A recent news report by Sky News commented that the impact of climate change is likely irreversible. The comments came following a report commissioned by governments of 195 countries. The report forms part of the second chapter of the 5th assessment by the IPC, set up in 1988, to provide neutral and scientifically based guidance to governments. The last overview was published in 2007 and strived, but failed, to forge a worldwide treaty on climate change in Copenhagen in 2009.
It seems governments have a different outlook this time around
The problem is engineers and designers need to provide fire protection for hazards such as computer rooms, sub-floors, tape storage, telecommunications/switchgear, vaults, process equipment and all normally occupied or unoccupied electronic areas where equipment is either very sensitive or irreplaceable. The fire protection needs to increase reliability while reducing the overall environmental impact. While many might consider water the logical choice this particular solution presents a number of issues when used with electrically powered equipment.
Gaseous fire protection systems and the like tend to be the best possible route to protect these types of applications. However, many of the gases used in these systems on the market as well as fire protection fluids are halon replacements and, while currently allowed, are starting to come under scrutiny. With the release of this latest report chances are their future viability will be questioned and no doubt, regulations will likely become tighter.
So where does that leave users? The likelihood is suppliers will begin to offer all sorts of deals and promises in an attempt to move as much product as possible before they are banned.
How to avoid the trap
There is an easy solution to this conundrum, one that promises lifetime protection against regulatory bans. The solution is a mixture of two inert (oxygen diluting) gases: 50% nitrogen and 50% argon known as Pyroshield. As the Pyroshield agent is derived from gases present in the earth’s atmosphere, it exhibits no ozone depleting potential, does not contribute to global warming, nor does it contribute unique chemical species with extended atmospheric lifetimes. The Pyroshield agent is composed of atmospheric gases; it does not pose the problems of toxicity associated with the chemically derived halon alternative agents. It is the number one choice in protecting high value assets. Pyroshield’s production meets all the criteria set out in the Montreal and Kyoto protocols, thus it will never be phased out, unlike the halogenic gases.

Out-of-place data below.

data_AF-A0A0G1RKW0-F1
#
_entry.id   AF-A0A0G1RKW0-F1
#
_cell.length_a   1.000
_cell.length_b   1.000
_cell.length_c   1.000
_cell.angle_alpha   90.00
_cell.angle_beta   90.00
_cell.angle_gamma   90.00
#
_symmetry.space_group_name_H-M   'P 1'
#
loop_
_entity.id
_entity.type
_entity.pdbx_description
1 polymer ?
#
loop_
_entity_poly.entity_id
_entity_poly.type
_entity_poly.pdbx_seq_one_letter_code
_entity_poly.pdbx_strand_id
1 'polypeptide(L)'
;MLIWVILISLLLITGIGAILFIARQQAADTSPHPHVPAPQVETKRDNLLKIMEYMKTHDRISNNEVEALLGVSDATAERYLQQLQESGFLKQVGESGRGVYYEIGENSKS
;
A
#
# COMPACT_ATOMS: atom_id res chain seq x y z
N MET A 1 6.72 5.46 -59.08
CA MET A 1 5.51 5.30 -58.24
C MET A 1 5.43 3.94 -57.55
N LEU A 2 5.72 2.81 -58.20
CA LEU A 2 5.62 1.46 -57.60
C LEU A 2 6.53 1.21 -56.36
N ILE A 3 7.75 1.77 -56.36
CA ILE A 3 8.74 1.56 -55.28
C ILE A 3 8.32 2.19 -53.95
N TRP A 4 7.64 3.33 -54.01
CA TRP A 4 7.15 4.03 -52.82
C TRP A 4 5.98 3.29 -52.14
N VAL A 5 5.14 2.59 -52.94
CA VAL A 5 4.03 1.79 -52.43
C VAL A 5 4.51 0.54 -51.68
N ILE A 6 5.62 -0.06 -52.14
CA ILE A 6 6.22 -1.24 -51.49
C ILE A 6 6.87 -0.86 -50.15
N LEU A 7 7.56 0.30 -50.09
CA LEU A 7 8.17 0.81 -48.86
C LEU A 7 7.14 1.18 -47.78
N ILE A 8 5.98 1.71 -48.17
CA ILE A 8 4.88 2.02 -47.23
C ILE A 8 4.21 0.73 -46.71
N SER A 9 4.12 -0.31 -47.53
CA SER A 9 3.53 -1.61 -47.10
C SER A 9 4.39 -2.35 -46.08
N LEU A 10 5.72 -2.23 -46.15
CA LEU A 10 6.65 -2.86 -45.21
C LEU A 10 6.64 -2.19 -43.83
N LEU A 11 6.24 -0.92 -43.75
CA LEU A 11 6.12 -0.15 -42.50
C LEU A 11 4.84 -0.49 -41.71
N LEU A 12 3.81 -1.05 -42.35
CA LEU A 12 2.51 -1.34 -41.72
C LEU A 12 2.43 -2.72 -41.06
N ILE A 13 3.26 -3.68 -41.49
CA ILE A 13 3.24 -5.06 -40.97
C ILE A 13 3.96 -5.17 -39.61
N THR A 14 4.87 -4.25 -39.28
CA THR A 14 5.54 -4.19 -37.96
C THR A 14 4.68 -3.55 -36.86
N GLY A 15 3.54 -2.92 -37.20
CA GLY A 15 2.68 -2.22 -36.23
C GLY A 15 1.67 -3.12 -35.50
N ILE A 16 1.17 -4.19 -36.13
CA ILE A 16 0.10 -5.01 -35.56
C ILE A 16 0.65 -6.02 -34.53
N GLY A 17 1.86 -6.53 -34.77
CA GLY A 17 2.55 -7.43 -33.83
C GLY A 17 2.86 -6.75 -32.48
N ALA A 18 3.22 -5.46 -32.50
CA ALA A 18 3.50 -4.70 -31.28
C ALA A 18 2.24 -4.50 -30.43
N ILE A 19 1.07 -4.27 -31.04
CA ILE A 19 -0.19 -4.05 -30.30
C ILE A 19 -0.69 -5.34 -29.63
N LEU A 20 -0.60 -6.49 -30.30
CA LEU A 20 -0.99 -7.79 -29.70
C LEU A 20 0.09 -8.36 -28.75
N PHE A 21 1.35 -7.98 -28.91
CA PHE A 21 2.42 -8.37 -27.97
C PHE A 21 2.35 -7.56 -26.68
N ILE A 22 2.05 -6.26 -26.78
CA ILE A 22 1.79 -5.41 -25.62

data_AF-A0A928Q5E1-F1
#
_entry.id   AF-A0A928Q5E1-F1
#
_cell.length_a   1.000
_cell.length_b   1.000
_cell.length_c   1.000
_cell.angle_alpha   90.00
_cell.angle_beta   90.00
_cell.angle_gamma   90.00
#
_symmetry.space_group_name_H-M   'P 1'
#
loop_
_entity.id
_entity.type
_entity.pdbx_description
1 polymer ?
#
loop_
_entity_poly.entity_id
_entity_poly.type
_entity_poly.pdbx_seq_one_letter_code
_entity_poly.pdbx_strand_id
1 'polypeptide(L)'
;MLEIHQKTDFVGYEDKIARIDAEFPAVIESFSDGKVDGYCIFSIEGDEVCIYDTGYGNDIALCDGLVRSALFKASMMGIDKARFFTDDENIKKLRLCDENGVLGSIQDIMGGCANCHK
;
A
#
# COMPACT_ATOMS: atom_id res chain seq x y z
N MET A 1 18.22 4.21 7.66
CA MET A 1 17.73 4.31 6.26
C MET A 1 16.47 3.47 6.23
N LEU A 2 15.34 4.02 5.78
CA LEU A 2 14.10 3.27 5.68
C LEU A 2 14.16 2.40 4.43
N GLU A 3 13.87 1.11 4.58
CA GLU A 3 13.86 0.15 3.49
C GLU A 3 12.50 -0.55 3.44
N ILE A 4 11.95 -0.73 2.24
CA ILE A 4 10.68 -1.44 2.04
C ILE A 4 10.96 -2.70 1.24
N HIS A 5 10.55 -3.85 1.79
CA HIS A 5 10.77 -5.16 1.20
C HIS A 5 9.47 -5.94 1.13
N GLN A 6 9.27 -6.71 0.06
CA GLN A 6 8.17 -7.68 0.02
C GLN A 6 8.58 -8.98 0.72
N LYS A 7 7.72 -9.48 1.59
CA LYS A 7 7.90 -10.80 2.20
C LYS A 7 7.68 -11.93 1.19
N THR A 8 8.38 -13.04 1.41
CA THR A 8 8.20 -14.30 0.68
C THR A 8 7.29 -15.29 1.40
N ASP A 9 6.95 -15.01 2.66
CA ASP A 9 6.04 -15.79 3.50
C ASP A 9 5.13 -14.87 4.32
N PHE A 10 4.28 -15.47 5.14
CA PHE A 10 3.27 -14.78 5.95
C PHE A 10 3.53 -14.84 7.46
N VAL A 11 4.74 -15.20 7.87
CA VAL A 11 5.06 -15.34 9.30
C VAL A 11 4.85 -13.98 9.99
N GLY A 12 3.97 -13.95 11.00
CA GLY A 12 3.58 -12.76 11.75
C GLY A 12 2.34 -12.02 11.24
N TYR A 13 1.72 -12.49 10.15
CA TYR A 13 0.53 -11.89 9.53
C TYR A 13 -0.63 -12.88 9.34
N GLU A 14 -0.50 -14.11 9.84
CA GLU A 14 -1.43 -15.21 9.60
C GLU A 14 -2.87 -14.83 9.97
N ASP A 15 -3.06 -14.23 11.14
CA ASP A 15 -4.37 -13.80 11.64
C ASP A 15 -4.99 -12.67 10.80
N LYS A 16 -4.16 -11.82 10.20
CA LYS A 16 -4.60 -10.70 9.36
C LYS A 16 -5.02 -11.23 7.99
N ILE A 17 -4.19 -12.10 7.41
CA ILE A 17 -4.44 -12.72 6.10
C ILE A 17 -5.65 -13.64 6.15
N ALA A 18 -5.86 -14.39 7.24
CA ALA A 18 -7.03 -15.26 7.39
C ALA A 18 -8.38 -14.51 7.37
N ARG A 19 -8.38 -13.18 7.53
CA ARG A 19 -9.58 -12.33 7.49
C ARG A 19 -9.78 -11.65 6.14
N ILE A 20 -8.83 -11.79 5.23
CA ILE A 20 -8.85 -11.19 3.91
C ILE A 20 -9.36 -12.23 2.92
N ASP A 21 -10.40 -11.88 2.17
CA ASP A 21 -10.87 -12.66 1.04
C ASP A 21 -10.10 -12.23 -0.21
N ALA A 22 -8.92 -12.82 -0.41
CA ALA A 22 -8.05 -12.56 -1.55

Pyroshield gas extinguishes fire by lowering the oxygen content below the level that supports combustion. When the Pyroshield agent is discharged into a room, it introduces the proper mixture of gases that still allow a person to breathe in a reduced oxygen atmosphere. The normal atmosphere in a room contains 21% oxygen. If the oxygen content is reduced below 15%, most ordinary combustibles will cease to burn. Pyroshield will reduce the oxygen content to approximately 12,5%.
Alien Systems & Technologies manufactures the Pyroshield fire suppression system
This is an engineered system utilising a fixed nozzle agent distribution network. The Pyroshield system is SABS approved and was also the winner of the 2003 SABS Design Institute Award for Engineering. The system is designed and installed in accordance with the National Fire Protection Association (NFPA) Standard 2001, ‘Clean Agent Fire Extinguishing Systems’.
When properly designed, the Pyroshield system will extinguish surface burning fire in Class A, B and C hazards. The system can be actuated by detection and control equipment for automatic system operation along with providing local and remote manual operation as needed. Accessories are used to provide alarms, ventilation control, door closures, or other auxiliary shutdown or functions.
The system is particularly useful for suppressing fires in hazards where an electrically non-conductive medium is essential or desirable; where clean-up of other agents present a problem; or where the hazard is normally occupied and requires a non-toxic agent.
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